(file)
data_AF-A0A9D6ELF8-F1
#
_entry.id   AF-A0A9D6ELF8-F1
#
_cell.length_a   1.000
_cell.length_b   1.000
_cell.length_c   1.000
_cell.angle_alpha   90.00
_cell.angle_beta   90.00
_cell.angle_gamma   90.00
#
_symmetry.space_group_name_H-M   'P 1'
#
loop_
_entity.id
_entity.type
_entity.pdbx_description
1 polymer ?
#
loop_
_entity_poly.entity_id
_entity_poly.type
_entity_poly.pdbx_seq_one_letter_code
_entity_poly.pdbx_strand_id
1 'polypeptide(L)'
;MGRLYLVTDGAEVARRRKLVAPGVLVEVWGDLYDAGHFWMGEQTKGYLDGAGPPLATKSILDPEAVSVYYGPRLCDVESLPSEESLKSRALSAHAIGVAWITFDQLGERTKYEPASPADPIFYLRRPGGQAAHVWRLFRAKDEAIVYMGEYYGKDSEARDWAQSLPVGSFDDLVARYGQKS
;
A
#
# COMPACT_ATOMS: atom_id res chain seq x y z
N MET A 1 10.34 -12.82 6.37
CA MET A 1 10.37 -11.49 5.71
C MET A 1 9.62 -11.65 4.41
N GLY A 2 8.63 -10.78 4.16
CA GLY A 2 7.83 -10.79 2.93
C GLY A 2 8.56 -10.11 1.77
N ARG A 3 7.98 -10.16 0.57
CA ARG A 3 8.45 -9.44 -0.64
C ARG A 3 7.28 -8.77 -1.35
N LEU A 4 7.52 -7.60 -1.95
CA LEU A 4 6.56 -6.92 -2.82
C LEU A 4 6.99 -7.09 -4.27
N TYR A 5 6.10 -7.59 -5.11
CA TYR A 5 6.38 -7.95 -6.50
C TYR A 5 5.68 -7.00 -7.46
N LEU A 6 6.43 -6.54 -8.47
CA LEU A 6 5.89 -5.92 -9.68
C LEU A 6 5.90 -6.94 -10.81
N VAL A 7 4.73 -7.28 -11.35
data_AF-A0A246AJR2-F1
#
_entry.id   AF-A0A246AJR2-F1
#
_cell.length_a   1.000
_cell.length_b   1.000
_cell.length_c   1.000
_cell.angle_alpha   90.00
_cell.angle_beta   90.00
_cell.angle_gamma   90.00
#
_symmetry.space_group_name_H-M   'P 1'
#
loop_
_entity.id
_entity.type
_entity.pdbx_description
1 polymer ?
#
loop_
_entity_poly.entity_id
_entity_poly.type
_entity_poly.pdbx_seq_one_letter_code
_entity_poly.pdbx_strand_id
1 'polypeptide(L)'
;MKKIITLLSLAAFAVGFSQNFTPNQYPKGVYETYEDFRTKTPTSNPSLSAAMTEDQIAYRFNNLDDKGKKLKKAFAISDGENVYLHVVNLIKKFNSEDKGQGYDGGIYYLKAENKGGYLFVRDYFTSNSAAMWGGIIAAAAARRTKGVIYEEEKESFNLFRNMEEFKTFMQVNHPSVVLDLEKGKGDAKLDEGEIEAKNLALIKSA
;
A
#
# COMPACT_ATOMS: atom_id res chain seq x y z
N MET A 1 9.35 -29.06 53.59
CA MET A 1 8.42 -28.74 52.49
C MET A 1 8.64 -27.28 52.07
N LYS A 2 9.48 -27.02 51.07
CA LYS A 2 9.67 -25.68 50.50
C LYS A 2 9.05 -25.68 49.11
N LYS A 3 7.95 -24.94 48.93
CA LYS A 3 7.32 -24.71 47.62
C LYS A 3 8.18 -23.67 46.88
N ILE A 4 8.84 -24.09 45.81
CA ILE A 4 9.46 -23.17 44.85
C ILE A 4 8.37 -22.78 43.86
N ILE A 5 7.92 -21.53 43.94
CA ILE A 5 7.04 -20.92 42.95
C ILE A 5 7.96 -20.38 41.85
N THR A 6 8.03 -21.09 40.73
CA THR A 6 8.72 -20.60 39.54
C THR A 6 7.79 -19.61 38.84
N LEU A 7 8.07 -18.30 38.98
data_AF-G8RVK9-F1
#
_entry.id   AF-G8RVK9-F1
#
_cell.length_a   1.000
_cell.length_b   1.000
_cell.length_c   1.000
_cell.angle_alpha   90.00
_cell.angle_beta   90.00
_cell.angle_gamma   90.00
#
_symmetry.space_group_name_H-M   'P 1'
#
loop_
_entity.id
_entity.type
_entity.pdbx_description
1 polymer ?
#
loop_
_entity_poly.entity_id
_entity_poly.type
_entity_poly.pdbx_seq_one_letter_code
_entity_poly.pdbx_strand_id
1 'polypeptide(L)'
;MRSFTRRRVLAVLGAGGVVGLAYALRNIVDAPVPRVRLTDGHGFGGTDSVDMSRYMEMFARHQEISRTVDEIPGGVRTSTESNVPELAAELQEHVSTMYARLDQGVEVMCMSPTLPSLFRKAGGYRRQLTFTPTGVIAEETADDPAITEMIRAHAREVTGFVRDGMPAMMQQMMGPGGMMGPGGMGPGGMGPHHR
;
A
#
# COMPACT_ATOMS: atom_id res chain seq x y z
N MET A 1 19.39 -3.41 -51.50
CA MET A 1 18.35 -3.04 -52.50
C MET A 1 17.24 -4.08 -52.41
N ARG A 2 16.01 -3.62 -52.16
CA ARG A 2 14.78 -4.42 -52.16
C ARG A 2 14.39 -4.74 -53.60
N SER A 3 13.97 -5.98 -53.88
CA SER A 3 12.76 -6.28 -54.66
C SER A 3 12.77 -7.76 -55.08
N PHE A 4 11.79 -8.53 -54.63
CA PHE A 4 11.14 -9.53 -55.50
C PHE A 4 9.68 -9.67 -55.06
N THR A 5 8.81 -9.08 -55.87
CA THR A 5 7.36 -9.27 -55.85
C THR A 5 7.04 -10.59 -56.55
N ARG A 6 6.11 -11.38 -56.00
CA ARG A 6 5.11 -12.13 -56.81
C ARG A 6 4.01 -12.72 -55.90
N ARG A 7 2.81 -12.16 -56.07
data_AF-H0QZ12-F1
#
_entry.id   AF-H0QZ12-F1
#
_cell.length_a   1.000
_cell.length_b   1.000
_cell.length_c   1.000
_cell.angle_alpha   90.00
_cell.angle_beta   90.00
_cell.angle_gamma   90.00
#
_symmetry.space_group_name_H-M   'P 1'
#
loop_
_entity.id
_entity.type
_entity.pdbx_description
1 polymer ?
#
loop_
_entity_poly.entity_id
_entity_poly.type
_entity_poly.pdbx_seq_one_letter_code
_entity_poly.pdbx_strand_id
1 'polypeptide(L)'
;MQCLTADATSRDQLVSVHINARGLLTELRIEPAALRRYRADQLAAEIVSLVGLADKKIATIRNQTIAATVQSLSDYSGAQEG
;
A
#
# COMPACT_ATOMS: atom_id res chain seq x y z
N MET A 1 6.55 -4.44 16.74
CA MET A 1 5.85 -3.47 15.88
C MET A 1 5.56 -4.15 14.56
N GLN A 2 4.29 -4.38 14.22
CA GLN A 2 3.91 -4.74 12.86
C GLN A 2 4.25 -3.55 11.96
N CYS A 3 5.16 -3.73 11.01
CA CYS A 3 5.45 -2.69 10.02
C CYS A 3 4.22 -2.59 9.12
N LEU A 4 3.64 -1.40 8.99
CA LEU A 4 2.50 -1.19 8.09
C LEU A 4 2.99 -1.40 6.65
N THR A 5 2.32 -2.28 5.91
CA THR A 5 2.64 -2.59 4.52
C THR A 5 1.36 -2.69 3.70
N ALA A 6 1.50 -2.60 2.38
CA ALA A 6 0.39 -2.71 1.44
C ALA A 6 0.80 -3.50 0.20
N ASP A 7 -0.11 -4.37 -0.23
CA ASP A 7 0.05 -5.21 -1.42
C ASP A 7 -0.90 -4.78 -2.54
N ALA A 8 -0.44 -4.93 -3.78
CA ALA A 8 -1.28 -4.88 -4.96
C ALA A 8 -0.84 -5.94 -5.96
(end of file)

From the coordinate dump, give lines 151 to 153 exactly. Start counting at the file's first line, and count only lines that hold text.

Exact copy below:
#
_cell.length_a   1.000
_cell.length_b   1.000